Geely to launch fly­ing cars af­ter Ter­rafu­gia deal

The Star Malaysia - - World -

BEIJING: Au­to­mo­tive giant Zhe­jiang Geely Hold­ing Group said that it will roll out its first fly­ing car in 2019 in the US af­ter the Chi­nese com­pany de­cided to buy Mas­sachusetts-based startup Ter­rafu­gia, which is pi­o­neer­ing such ve­hi­cles.

Geely said it will ac­quire all the oper­a­tions and as­sets of Ter­rafu­gia and has re­ceived all the nec­es­sary ap­provals for the deal, in­clud­ing the Com­mit­tee on For­eign In­vest­ment in the United States. It, how­ever, did not dis­close any fi­nan­cial de­tails of the deal.

Founded in 2006 by five grad­u­ates of the Mas­sachusetts In­sti­tute of Tech­nol­ogy, Ter­rafu­gia launched its first fly­ing car model Tran­si­tion in 2012, with an es­ti­mated base price of US$279,000 (RM1.17mil) then.

In 2013, the com­pany re­leased the de­sign for its next model TF-X, which is the world’s first fly­ing car ca­pa­ble of ver­ti­cal take-off and land­ing.

It is ex­pected to be avail­able by 2023.

Geely said it would fur­ther in­vest in the fly­ing car business and cre­ate additional jobs for Ter­rafu­gia upon the com­ple­tion of the deal.

How­ever, the car will not be avail­able in the Chi­nese mar­ket in the short term due to the coun­try’s reg­u­la­tions on low-al­ti­tude fly­ing.

Geely’s in­no­va­tion cen­tre in Hangzhou will also be used by Ter­rafu­gia. In an­tic­i­pa­tion of the trans­ac­tion, Ter­rafu­gia’s team of en­gi­neers in the US has been tripled over the past quar­ter with Geely’s sup­port.

Li Shufu, founder and chair­man of Geely Group, con­sid­ers fly­ing cars as the ul­ti­mate mo­bil­ity solution. The group’s international oper­a­tions and track record for in­no­va­tion will make the fly­ing car a com­mer­cial re­al­ity, he said.

Ter­rafu­gia’s newly ap­pointed CEO Chris Jaran said the first pri­or­ity would be to ex­pand the com­pany’s R&D ca­pa­bil­i­ties.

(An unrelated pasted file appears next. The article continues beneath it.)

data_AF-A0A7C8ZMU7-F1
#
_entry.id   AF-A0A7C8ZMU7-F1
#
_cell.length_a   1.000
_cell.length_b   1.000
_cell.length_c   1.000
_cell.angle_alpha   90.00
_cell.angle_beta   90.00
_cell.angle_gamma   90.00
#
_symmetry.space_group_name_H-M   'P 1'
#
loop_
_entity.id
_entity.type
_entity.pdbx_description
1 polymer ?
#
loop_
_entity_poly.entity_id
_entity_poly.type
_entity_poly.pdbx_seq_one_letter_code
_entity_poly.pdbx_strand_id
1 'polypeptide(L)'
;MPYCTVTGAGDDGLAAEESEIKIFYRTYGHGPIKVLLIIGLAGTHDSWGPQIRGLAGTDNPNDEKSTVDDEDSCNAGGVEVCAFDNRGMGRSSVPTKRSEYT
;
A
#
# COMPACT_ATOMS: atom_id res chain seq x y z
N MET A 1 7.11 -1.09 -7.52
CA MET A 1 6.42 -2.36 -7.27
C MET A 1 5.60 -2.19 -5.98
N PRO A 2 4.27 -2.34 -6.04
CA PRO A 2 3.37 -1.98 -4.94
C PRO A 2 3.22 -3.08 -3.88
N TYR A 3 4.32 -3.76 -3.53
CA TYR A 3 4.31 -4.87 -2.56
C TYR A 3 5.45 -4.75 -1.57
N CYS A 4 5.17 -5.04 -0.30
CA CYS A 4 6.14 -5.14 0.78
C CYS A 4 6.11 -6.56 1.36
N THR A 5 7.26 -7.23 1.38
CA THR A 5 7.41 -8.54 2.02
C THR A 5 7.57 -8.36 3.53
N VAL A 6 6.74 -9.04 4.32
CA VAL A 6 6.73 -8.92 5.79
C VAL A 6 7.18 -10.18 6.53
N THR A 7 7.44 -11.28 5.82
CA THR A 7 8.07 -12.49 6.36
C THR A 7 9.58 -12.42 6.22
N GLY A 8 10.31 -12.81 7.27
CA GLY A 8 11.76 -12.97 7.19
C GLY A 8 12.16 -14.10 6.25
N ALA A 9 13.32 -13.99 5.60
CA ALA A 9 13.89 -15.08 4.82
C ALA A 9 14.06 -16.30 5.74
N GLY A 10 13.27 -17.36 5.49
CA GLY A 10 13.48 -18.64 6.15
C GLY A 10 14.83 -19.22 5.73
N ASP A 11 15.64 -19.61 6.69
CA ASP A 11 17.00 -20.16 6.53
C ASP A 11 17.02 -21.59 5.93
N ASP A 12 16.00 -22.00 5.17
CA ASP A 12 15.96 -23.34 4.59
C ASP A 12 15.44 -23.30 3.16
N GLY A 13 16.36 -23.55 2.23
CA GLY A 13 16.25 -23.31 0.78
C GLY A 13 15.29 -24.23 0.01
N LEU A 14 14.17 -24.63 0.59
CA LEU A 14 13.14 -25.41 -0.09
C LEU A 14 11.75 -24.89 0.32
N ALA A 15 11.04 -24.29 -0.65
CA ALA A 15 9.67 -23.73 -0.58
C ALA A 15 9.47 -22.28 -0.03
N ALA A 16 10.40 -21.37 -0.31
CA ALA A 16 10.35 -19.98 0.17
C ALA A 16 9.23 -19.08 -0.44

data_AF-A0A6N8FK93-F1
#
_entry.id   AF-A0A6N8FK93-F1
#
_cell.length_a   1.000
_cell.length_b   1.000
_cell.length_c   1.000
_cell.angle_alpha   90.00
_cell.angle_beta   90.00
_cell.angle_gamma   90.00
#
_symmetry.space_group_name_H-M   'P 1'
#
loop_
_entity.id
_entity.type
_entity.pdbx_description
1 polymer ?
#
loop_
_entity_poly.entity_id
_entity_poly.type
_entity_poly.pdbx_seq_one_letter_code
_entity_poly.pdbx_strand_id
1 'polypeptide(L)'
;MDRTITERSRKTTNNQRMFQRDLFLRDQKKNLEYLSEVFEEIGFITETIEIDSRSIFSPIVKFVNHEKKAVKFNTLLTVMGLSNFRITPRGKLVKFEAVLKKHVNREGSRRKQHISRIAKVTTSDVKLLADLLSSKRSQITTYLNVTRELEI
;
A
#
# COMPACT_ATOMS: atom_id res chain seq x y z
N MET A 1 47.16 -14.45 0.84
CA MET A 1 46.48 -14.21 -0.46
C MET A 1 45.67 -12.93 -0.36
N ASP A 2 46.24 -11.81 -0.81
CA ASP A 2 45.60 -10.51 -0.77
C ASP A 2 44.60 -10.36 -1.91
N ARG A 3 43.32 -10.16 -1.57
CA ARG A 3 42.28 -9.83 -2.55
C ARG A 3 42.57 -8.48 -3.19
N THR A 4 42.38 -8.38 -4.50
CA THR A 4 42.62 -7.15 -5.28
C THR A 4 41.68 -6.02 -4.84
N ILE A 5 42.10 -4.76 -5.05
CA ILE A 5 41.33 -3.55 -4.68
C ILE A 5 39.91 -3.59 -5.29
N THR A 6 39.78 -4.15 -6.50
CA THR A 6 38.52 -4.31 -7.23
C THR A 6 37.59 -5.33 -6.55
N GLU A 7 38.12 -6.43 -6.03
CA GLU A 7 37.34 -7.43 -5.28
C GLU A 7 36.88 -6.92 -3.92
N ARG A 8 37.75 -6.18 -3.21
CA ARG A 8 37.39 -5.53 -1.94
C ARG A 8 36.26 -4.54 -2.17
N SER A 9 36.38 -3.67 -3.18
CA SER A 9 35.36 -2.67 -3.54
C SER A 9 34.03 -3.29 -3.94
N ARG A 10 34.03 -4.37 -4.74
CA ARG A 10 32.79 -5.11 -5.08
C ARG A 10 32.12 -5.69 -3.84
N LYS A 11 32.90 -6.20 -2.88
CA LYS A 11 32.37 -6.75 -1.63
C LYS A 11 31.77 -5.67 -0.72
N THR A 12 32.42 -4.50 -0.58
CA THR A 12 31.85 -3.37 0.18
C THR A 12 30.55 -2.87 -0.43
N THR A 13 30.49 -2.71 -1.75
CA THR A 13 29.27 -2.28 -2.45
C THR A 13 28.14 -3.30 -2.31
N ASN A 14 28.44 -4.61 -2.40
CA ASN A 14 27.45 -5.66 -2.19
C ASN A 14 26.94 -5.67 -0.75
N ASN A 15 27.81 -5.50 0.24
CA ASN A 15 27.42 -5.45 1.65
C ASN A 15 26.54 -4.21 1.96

Shen­zhen-based tech­nol­ogy giant Ten­cent Hold­ings has led the US$90mil (RM377mil) series B fi­nanc­ing in the Ger­man fly­ing car startup Lil­ium.

Other in­dus­try lead­ers such as Air­bus, Toy­ota, Uber and Google have all stepped into the fly­ing car sec­tor, as it is be­lieved to be the next big thing fol­low­ing au­ton­o­mous driv­ing.

Yale Zhang, man­ag­ing di­rec­tor of Shang­hai-based con­sult­ing firm Au­to­mo­tive Fore­sight, ad­mit­ted that such cars will help al­le­vi­ate traf­fic jams, but added that they are a lit­tle bit far from re­al­ity.

“The main prob­lem is tech­nol­ogy. They have to run fast but at the same time have to be af­ford­able.

“If they cost as much as US$2mil (RM8.4mil), then they mean noth­ing to the pub­lic. Then there is the leg­is­la­tion,” he said.

John Zeng, man­ag­ing di­rec­tor of LMC Au­to­mo­tive Shang­hai, said that such cars might be eas­ier to pro­mote in North Amer­ica, where there is less reg­u­la­tions over the sky and has a much smaller pop­u­la­tion, like Canada.

“But it would be hard to imag­ine cars fly­ing in densely pop­u­lated Chi­nese cities,” he said. “At least in the short term, fly­ing cars will not be­come some­thing im­por­tant in Geely’s business.” — China Daily / Asia News Net­work

They have to run fast but at the same time they have to be af­ford­able.

John Zeng

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